Code for Bluetooth-Based Wireless Stethoscope

The code for Bluetooth-based wireless stethoscope is very simple and easy to understand. We start our code by including all the required libraries. For this project, we only need one library to communicate with the Bluetooth module which is the software serial library,

#include <SoftwareSerial.h>

Next, we need to include the required variables. We have defined variables to store the ADC value and a counter that holds the number of pulses in a certain period of time. We also have an interval variable that holds a millisecond value, we will use this variable to take a sample of the heartbeat and then calculate the average of the variables. We also have a variable named previousMillis that holds the counter data and is used to compare with the millis counter.

const int analogInPin = A0;  // Analog input pin that the potentiometer is attached to
int sensorValue = 0;
unsigned long counter = 0;
int interval = 5000;
unsigned long previousMillis = 0;

Next, we have initialized the softserial and made an instance called BTserial. Through this, we can communicate with the Bluetooth serial module.

SoftwareSerial BTserial(3, 4); // RX | TX

Next, we have our setup function. In the setup function, we call the begin method of the serial and BTserial instance with 9600 baud. So that we can debug through the Arduino and simultaneously communicate with the Bluetooth module.

void setup() {
  Serial.begin(9600);
  BTserial.begin(9600);
}

Next, we have the loop function. In the loop function, we declare two variables currentMillis, and currentMillis2. These will hold two current time stamps and will be useful later in the code.

unsigned long currentMillis = millis();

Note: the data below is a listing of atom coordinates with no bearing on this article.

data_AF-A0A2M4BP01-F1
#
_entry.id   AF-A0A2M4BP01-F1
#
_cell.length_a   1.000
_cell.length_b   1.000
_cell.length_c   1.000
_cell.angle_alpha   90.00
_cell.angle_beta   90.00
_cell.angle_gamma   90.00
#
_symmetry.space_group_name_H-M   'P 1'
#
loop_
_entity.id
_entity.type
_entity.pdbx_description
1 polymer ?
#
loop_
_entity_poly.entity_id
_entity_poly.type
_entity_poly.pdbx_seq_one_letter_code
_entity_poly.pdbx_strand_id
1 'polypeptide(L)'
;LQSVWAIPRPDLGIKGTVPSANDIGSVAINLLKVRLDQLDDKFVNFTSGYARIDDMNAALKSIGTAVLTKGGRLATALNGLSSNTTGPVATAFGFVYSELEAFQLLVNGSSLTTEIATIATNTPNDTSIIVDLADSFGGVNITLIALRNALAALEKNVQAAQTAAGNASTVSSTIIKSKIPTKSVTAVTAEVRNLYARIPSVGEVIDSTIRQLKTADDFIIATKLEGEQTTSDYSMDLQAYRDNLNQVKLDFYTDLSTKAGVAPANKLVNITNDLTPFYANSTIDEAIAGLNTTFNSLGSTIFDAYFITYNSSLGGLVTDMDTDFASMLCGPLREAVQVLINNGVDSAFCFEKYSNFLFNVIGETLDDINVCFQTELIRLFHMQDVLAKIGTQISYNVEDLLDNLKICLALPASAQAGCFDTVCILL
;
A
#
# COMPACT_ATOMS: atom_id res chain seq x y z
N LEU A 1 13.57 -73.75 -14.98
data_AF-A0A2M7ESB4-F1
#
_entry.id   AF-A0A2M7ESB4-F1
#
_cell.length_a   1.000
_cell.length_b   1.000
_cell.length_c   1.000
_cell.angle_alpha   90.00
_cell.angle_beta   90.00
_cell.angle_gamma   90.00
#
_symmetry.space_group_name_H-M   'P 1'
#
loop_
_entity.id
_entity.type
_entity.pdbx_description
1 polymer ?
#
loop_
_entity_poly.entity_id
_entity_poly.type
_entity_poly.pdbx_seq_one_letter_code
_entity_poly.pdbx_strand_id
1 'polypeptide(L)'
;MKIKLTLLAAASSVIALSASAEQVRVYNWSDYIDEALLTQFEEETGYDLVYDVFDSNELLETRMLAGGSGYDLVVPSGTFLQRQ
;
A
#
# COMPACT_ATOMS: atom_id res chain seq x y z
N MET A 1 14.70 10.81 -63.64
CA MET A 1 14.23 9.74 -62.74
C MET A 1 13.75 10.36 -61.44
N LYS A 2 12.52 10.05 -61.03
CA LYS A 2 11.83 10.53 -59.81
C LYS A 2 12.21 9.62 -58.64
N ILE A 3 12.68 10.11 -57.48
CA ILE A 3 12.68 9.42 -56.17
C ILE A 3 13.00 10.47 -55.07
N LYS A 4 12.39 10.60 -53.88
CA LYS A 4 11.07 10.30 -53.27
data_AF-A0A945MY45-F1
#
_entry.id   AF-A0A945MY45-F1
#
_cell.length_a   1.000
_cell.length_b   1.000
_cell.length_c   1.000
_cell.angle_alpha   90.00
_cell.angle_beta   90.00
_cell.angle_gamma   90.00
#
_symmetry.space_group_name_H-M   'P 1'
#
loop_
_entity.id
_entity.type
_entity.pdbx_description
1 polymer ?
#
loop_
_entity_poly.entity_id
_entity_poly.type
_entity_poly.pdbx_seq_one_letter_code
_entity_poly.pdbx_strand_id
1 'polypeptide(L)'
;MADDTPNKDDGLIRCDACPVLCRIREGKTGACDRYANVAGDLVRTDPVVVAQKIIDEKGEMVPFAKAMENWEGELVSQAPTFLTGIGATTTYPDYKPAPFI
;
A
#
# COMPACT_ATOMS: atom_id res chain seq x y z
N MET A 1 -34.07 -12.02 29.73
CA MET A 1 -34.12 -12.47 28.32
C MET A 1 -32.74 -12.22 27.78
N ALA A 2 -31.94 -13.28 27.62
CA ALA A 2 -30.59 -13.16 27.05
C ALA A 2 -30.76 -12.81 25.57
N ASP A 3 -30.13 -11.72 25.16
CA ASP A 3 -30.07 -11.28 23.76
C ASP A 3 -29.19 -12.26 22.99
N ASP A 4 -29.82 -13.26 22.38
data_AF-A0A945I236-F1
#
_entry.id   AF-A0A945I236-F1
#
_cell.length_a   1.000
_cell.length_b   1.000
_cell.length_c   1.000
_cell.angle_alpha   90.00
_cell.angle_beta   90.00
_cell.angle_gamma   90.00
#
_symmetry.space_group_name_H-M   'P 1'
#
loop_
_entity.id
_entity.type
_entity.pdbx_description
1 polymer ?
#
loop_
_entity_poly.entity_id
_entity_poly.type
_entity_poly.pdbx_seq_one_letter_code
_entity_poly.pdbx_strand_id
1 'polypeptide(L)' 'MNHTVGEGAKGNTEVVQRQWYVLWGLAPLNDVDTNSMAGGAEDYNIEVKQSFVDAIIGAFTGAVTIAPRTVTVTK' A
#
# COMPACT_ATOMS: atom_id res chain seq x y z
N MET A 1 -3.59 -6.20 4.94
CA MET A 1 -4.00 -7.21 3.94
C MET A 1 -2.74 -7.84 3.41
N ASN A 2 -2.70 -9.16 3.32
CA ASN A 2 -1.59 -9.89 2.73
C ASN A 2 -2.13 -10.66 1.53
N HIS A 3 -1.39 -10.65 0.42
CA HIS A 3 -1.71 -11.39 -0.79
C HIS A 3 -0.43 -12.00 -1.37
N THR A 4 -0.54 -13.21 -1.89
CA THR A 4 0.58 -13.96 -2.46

unsigned long currentMillis2 = millis();

Next, we have an if statement. In the if statement, we check if 30 seconds is passed or not if so we go to the next while loop. Inside the while loop, we take the ADC data and check if the received value is within a certain range if so, we increment the counter, incrementing the counter means that we have recognized a heartbeat. Now we reset all the variables and print the heartbeat account onto the serial monitor window, and we also send the data through Bluetooth.

 if ((unsigned long)(currentMillis2 - previousMillis2) >= interval2)
  {
    while ((currentMillis - previousMillis ) < interval)
    {
      sensorValue = analogRead(analogInPin);
      if (sensorValue > 130 && sensorValue < 250)
      {
        counter++;
      }
    }
    previousMillis = currentMillis;
    previousMillis2 = currentMillis2;
    Serial.println(counter);
    BTserial.write(counter);
  }
}

This marks the end of our code section and we can move on to the next section, which is the testing section of the article.

Testing the Wireless Stethoscope Circuit

Once the circuit build was finished we put the stethoscope in and we check for waveforms. For that, we first hit the diaphragm of the stethoscope with a finger and that produces the result that is shown below-